What is credibility-based logo design and how can designers use it to create logos that work?
First of all, consider looking at a company logo as communication persuasion, rather than artwork per se. It all goes back to Communication 101. There are
four elements in any communication process:
1.The source or sender of the message.
In our case the source is the company. The credible source is important to judging the message that’s next in the linear model.
2. The message.
In our case, unique selling points for the purpose of inducing a purchase. That’s the job of the copywriter, however.
In Continental's case, plane markings as an example, but normally TV, newspaper, phone, website—and medium that carries the message.
These are important stakeholders such as customers, employees, banks, suppliers, etc.
If the company is the source, how does the company influence the receiver as a customer? Many studies in interpersonal communication over the past 40 years
conclude that a sourcethat’s credible will be more influential than a non-credible source. This is called source credibility in
communication persuasion. So, let’s revise our model above:
Credible source > message > channel > receiver
For example, a computer wiz would be more influential in recommending what computer software program to buy than, say, a chef. But on the other hand, a
chef would be more influential when it comes to recommending the best curry or the latest Pacific fusion cookbook to buy. You wouldn't necessarily go to
the computer wiz for food-related purchase advice, and you wouldn't go to the chef for computer-related purchase advice.
In short, a person high in the dimensions of expertise and trustwill be more credible, and, therefore, more influential. In logo design,
a credible logo is two to four times more influential than a non-credible logo. Read: more sales. This happened with the Continental logo program big time
in the late ‘60s and ‘70s.
Credibility-based logo design projects the company as being an expertin their business and communicates trustworthiness. A company must
be believable at being able to do the work for which it claims to be an expert.
How does a graphic designer create a credibility-based logo?
Credibility-based logo design first requires a designer to symbolize the company business. Let's use for example Joe's Shoe Repair. This would be a shoe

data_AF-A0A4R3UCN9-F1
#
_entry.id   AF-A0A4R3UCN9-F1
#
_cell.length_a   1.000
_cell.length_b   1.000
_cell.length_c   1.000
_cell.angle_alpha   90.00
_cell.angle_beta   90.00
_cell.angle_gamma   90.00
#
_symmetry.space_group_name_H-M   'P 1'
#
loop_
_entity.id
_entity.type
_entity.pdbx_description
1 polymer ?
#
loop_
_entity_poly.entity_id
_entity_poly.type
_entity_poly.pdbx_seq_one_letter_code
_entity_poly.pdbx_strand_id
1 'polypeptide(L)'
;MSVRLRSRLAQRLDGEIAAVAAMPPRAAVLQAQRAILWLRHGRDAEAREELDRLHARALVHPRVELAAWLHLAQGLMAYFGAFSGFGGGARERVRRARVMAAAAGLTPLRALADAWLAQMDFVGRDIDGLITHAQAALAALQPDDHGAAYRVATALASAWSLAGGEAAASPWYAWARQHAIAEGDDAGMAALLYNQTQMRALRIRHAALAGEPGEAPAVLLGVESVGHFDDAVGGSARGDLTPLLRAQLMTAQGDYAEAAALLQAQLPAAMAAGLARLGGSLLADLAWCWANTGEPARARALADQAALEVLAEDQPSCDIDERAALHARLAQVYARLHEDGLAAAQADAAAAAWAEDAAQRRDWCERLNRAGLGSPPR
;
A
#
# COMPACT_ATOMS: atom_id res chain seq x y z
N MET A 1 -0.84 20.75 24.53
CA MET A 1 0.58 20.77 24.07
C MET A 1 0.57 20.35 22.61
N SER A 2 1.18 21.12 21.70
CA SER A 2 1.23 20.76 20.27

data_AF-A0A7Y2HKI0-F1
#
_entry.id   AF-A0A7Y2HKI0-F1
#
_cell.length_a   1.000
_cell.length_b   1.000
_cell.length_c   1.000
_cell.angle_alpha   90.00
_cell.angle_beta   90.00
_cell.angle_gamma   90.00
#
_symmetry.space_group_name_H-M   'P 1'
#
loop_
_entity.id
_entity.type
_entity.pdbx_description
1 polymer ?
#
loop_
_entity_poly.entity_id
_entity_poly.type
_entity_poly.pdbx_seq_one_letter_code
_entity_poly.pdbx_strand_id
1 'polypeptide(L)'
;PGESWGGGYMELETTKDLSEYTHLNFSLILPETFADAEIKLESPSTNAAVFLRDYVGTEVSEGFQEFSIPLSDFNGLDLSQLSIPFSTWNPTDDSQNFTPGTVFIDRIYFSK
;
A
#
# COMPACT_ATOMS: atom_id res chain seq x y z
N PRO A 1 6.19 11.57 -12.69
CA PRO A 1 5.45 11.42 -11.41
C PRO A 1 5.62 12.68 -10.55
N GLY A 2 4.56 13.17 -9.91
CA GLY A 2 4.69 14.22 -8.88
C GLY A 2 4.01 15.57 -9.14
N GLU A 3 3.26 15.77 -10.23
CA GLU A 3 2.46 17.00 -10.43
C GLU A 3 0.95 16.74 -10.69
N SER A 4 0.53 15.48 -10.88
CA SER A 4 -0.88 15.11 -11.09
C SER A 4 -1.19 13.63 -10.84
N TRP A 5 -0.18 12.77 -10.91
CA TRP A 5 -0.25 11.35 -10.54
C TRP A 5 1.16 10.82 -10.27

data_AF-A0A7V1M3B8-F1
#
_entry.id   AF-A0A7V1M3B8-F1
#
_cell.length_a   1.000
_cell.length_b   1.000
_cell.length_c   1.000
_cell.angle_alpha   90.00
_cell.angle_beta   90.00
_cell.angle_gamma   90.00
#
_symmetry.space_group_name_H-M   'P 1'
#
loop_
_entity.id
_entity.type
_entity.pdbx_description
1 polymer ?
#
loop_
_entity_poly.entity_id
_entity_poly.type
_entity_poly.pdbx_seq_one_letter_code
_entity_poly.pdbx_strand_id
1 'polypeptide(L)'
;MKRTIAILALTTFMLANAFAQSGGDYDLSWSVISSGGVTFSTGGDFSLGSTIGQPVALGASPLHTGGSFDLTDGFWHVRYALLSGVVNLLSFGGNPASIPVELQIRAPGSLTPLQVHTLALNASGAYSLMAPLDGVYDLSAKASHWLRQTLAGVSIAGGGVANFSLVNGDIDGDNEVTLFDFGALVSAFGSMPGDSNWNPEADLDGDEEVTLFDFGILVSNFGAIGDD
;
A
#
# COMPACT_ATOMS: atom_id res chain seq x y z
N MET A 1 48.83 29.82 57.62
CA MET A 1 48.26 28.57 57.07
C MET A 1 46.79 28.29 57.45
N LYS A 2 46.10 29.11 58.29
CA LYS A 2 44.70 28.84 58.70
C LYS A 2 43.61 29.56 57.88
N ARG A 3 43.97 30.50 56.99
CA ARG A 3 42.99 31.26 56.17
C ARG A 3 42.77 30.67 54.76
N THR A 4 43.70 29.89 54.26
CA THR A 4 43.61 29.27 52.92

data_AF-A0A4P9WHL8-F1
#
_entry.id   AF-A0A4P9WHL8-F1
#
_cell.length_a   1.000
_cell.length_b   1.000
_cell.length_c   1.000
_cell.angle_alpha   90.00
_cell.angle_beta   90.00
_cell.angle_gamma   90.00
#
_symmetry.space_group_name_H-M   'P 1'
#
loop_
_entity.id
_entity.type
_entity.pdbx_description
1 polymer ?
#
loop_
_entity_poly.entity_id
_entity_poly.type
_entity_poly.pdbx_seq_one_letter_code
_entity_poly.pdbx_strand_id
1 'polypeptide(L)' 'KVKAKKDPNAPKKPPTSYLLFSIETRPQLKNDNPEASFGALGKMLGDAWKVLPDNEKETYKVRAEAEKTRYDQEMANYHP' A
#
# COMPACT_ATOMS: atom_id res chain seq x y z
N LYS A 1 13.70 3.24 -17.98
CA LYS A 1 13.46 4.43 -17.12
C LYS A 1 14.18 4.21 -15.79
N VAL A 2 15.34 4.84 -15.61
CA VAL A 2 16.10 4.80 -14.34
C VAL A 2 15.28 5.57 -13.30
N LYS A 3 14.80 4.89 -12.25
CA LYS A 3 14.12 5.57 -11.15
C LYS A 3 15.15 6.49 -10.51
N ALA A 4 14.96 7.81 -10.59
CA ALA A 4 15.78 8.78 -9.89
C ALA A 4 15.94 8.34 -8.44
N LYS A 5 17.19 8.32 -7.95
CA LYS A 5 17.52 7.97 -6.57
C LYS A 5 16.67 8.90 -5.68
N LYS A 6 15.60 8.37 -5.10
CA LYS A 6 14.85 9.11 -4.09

repair shop with a sign hanging on the store front with a "shoe" symbol.
The next step is to give the "shoe" symbol a design character in a way that characterizes Joe's Shoe Repair and how he operates. This non-verbally
communicates the business character in a trustworthy design motif. There are an infinite variety ways Joe's trust can be communicated, but the trust chosen
must represent how Joe operates in reality. Joe is very friendly and professional. Joe could show that he has modern shoe repair equipment and a high-end
environment, which would require a contemporary and classy "shoe" design treatment.
But this is not Joe. In reality Joe does shoe repair the old, hand crafted way, which would be a dated or retro period design with friendly overtones. The
objective is to make Joe look trustworthy with traits that define the most descriptive nature of Joe's shoe repair shop which in this example is
"experienced,” "professional," and "friendly."
A credibility based logo for Joe's Shoe Repair, the "design brief" would require the logo to communicate: expertise = "shoe repair" + trustworthy = "long
time experience," "professional," and "friendly." This credibility trait logo description would produce a logo design of a shoe with dated and retro
friendly overtones. It must be simple and have high impact as a sign on Joe's shop. This is a credibility-based logo design.
This approach also demonstrates that if a logo design can be described verbally after it is designed as so many graphic designers and company businesses
do, it can also be described before it is designed.
The Saul Bass legacy
The Continental Airlines logo, with its famous gold tail, turned out to be the first of many successful credibility-based logo designs that I helped plan
and develop. Company managers and logo designers now have a frame of reference for planning, designing, and creating company logos. Successful logos are no
longer concepts that come out of nowhere. They’re planned with the client. They’re credibility-based. This process redefines the objectives for a "design
brief" which now describes the logo design objectives in terms of the client company's unique credibility traits.
Credibility-based logo designs are proven to be successful. The process works today for company managers and logo designers just like Saul Bass and I did
it with Continental Airlines over 40 years ago.
Can a logo still be considered good if what it stands for is not? Heller looks at a few well-intentioned brands whose identities have soured.
By now there must be few
people who are unaware of the recent uproar surrounding the University of
California’s rebranding effort. Seldom does
the media take such an active interest in design, so it was disheartening that they got their reporting so very wrong. The outcome
of that misreporting—fueled by an online petition and fanned by our very own
design community—has set back the course of design and cheated the university out of a progressive new identity.
Section: Why Design
Why did technology giant Lucent stick with its unusual mark despite widespread criticism? Bowie examines how the company overcame stigma and made trademark history.
Section: Inspiration -